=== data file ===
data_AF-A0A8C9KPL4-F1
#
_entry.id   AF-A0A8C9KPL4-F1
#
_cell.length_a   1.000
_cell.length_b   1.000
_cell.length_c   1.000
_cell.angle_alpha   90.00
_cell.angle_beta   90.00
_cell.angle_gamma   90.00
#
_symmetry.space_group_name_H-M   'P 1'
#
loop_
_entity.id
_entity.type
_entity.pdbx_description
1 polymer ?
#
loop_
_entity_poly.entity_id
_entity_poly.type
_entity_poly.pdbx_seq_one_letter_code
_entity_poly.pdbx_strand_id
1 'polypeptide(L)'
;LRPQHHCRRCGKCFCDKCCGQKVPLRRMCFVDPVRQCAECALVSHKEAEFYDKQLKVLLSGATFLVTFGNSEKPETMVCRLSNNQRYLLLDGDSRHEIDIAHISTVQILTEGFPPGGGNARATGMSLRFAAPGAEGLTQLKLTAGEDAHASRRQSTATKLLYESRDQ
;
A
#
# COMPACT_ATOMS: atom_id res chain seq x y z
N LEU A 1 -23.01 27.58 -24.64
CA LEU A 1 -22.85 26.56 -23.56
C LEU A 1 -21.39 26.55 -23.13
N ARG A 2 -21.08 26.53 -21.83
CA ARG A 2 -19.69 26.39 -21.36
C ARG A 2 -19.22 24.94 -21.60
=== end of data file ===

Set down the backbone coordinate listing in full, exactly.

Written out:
data_AF-A0A8C9KPL4-F1
#
_entry.id   AF-A0A8C9KPL4-F1
#
_cell.length_a   1.000
_cell.length_b   1.000
_cell.length_c   1.000
_cell.angle_alpha   90.00
_cell.angle_beta   90.00
_cell.angle_gamma   90.00
#
_symmetry.space_group_name_H-M   'P 1'
#
loop_
_entity.id
_entity.type
_entity.pdbx_description
1 polymer ?
#
loop_
_entity_poly.entity_id
_entity_poly.type
_entity_poly.pdbx_seq_one_letter_code
_entity_poly.pdbx_strand_id
1 'polypeptide(L)'
;LRPQHHCRRCGKCFCDKCCGQKVPLRRMCFVDPVRQCAECALVSHKEAEFYDKQLKVLLSGATFLVTFGNSEKPETMVCRLSNNQRYLLLDGDSRHEIDIAHISTVQILTEGFPPGGGNARATGMSLRFAAPGAEGLTQLKLTAGEDAHASRRQSTATKLLYESRDQ
;
A
#
# COMPACT_ATOMS: atom_id res chain seq x y z
N LEU A 1 -23.01 27.58 -24.64
CA LEU A 1 -22.85 26.56 -23.56
C LEU A 1 -21.39 26.55 -23.13
N ARG A 2 -21.08 26.53 -21.83
CA ARG A 2 -19.69 26.39 -21.36
C ARG A 2 -19.22 24.94 -21.60